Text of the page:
Bismarck Mayoral Recall: More Signatures Illegally Invalidated?

Information continues to be discovered regarding a possible botched job by City Administrator Keith Hunke of verifying signatures in the effort to recall Bismarck Mayor Mike Seminary. Quite honestly, this verification process is beyond embarrassment. It’s simply shameful.

Through information obtained today, it appears there is a real possibility that signatures with P.O. Boxes for addresses were invalidated. If true, this means that qualified electors in the city of Bismarck had their signatures invalidated.

Now, to be fair, there is currently access to just 19 of the 93 petitions. Why? Because Open Records Requests – submitted about a week ago – have still not been responded to. That leaves 74 missing petitions.

But on the 19 petitions that have been obtained, signatures with P.O. Boxes are highlighted right along with other apparent invalidated signatures. If indeed these signatures were included with the over 600 that were invalidated, it sure would be nice to know exactly how many fall into that category. But that’s impossible to know when the powers that be are stonewalling the Open Records process.

So, what is the standard according to the North Dakota State Constitution when it comes to addresses and signing petitions? It is found in Article III, Section 3:

"Each elector signing a petition shall also write in the date of signing and his post-office address. No law shall be enacted limiting the number of copies of a petition. The copies shall become part of the original petition when filed." (Emphasis Added)

What is a "post-office address"? I would think it’s the address at which you receive your mail. Could it be anything else? Remember, part of the petitioning process is verification. Signatures are often verified by sending postcards asking for verification that the individual indeed lives in the area affected by the petition.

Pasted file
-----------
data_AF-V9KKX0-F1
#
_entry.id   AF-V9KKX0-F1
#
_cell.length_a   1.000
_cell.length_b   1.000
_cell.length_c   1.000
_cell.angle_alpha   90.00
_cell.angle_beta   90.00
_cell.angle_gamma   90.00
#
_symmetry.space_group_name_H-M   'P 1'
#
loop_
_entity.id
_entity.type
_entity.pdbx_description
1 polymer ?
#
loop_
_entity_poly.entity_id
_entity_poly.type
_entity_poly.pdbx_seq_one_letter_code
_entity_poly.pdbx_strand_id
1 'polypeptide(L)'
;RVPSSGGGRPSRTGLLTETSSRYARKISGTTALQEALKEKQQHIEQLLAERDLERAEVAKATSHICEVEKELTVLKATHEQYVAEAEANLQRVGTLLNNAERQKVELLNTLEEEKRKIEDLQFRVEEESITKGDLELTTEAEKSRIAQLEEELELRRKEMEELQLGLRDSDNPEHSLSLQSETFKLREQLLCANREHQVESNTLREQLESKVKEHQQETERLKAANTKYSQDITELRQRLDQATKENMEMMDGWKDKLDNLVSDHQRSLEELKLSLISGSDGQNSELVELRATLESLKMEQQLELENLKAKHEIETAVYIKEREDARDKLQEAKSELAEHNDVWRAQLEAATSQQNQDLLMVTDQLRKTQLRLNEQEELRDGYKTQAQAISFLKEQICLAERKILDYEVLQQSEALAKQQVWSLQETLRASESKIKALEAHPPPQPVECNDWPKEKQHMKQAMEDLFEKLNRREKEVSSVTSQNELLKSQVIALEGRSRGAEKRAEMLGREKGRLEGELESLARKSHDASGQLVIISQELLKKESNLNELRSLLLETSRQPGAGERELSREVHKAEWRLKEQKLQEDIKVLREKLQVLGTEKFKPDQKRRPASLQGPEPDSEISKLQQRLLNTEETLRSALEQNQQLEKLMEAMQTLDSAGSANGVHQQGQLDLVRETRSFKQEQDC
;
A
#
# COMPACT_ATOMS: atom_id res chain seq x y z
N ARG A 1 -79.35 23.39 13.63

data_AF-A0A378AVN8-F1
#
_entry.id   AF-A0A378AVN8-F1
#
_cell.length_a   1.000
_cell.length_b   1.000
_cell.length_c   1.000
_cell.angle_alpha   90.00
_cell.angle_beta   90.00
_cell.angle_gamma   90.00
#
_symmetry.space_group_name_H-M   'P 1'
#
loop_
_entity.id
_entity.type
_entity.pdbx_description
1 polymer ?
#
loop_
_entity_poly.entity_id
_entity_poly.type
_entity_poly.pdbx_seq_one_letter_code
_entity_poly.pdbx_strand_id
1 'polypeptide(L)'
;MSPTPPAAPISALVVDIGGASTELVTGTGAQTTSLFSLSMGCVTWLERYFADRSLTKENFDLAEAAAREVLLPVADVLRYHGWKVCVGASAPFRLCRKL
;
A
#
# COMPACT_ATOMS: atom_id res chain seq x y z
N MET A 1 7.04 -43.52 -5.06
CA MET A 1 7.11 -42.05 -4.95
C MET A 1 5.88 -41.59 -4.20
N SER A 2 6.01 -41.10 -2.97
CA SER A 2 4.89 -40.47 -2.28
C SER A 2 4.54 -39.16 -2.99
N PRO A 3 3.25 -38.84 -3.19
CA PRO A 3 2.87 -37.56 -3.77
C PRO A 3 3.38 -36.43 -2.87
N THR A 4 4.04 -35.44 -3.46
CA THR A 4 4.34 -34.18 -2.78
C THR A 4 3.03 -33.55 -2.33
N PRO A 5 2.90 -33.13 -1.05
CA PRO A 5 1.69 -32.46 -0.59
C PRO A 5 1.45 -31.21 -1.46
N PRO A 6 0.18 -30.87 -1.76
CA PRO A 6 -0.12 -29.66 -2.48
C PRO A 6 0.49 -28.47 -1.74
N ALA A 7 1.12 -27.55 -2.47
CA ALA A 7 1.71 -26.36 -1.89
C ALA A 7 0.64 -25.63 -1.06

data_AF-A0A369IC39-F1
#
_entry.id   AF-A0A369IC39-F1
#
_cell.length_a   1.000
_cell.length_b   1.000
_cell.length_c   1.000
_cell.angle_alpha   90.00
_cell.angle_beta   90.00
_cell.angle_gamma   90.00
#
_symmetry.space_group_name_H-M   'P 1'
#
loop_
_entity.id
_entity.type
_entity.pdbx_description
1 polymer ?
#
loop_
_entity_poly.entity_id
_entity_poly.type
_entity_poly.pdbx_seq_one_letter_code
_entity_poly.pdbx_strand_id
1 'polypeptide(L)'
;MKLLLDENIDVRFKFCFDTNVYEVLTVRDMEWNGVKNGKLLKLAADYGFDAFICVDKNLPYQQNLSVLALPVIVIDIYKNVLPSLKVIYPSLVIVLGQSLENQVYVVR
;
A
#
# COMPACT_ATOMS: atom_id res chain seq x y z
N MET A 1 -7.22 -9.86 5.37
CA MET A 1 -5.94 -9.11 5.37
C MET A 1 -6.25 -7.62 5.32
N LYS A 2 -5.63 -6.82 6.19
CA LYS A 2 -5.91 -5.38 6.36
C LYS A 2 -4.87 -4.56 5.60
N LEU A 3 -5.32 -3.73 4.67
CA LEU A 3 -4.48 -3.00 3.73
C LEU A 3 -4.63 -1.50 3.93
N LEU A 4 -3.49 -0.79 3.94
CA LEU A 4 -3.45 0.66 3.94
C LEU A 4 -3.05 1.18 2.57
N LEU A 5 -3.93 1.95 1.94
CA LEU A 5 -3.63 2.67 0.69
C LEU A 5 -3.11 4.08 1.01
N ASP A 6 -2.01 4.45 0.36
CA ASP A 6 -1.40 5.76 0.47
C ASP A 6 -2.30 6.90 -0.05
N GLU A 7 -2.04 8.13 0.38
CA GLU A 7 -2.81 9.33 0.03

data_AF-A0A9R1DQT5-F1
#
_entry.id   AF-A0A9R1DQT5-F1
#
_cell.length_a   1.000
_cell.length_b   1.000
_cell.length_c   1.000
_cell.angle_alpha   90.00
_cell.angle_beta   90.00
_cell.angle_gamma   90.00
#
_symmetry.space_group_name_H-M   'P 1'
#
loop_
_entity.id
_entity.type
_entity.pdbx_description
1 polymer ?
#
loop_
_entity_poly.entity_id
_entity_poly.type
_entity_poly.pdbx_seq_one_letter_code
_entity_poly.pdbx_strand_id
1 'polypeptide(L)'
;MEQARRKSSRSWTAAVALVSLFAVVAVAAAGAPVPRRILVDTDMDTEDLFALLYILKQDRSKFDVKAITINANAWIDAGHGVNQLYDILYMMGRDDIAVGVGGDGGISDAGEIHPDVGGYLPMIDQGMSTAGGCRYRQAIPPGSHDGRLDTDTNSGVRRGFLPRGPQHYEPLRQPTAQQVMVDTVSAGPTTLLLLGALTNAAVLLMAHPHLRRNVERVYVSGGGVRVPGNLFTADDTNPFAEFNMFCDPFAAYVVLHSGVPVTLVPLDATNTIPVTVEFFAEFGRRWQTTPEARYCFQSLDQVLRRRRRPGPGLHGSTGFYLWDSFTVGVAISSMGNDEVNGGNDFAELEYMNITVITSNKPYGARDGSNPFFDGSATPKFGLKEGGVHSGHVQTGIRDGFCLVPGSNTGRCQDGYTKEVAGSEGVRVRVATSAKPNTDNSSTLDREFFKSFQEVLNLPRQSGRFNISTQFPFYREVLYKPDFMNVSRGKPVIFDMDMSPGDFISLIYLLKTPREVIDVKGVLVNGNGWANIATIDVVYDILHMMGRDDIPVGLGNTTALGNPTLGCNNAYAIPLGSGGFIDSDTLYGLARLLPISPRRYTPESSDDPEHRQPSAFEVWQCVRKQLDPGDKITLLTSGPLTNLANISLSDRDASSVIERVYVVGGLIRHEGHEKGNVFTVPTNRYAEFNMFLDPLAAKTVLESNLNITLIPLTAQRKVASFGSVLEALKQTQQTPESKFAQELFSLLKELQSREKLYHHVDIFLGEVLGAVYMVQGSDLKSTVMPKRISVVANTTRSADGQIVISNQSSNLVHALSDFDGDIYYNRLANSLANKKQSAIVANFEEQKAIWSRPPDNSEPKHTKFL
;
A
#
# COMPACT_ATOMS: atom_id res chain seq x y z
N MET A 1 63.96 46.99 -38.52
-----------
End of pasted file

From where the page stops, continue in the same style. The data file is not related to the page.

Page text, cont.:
In the section of the North Dakota Century Code on property, it actually distinguishes between "post-office address" and "street address" when it comes to the execution of deeds. Section 47-10-07 says this:

"Each deed executed in which real estate is described shall contain the post-office address,and any known or existing street address if within the corporate boundaries of a city, of each grantee named in such deed." (Emphasis Added)

While deeds are certainly a separate issue from that of petitions, I find the distinction between "post-office address" and "street address" fascinating.

There is another aspect to this beyond the State Constitution and the Century Code that is somewhat amusing. It is that of the petitions themselves when they ask for a:

"Residential Address or Complete Rural Route or General Delivery Address
" (Emphasis Added).

To me, a "General Delivery Address" is actually a lower standard than a P.O. Box, because General Delivery means that you have no mailing address at all! Why does a standard petitioning form list these as the options when the constitutional standard is simply "post-office address"? Furthermore, what logical person would think it okay to invalidate a P.O. Box while saying a General Delivery Address is acceptable?

Aside from this, have P.O. Boxes been an issue in the past? Take for example the Sponsoring Committee for the Fighting Sioux nickname. There were 52 members on that committee. Out of the 52, there were 10 of them that had P.O. Boxes for their addresses. That’s about 20% of the committee.